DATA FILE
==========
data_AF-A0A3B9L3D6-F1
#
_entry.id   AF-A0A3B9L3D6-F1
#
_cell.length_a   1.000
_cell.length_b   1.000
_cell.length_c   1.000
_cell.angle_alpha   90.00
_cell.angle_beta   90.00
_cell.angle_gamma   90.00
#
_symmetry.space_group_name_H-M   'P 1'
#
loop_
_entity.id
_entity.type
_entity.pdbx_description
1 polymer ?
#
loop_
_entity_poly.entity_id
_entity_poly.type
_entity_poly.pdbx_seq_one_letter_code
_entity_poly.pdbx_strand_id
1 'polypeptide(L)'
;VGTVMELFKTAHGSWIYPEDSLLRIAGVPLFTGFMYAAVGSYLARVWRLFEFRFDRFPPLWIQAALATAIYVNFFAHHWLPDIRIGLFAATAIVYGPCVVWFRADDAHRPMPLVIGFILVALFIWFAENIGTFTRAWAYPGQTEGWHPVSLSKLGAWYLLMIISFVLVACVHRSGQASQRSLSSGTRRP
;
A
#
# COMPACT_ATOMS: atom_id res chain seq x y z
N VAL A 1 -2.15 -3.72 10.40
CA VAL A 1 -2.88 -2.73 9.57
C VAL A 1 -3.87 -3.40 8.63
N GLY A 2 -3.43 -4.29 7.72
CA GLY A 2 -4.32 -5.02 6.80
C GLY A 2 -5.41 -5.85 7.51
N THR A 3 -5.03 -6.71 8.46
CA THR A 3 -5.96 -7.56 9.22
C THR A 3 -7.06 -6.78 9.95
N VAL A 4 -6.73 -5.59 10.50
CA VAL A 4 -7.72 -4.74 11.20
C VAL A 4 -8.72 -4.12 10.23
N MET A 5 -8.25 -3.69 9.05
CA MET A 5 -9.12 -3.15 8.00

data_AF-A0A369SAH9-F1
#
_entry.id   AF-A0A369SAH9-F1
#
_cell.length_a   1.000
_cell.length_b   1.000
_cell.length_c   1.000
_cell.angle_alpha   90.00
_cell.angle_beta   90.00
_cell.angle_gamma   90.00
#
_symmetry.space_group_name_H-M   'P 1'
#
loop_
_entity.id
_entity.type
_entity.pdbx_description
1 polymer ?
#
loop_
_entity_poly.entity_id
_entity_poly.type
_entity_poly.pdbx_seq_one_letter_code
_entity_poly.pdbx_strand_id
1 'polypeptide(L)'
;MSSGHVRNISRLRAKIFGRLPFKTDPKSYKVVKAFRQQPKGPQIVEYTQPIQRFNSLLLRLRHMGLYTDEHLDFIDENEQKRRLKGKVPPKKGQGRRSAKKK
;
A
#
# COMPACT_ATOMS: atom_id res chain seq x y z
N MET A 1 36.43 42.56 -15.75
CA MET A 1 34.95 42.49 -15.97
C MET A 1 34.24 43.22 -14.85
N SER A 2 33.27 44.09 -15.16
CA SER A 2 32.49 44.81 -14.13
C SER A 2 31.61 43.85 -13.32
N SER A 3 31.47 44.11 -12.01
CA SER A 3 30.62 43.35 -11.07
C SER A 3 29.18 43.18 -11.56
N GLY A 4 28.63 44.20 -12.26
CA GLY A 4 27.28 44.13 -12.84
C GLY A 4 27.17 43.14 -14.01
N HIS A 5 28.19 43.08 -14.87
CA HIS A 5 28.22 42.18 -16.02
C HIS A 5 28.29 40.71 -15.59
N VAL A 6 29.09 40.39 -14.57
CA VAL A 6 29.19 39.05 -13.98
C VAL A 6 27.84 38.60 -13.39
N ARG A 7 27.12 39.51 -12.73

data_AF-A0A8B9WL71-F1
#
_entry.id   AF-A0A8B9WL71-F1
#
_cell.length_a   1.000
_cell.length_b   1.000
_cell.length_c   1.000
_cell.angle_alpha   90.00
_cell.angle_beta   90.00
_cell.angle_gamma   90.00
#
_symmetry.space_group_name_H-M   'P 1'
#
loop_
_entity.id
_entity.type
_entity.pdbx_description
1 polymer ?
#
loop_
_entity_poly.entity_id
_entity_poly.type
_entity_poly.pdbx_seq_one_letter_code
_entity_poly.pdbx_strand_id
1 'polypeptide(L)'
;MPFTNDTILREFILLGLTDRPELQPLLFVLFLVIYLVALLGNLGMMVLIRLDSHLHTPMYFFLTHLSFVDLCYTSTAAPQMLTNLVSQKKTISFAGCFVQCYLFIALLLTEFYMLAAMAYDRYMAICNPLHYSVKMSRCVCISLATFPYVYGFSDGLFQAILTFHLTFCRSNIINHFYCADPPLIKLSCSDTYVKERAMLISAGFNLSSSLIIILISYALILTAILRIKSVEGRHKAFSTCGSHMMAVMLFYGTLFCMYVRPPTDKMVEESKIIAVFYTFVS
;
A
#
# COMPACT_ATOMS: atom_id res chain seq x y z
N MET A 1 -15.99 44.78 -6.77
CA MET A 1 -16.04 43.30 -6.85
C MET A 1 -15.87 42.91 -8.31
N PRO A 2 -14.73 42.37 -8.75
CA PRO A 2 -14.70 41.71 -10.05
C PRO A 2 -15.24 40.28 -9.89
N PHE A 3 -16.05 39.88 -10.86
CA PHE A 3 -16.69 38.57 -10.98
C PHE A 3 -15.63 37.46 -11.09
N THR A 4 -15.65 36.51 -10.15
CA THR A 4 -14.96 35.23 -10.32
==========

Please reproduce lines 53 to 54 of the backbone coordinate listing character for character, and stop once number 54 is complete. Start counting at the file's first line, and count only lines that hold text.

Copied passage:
_cell.angle_beta   90.00
_cell.angle_gamma   90.00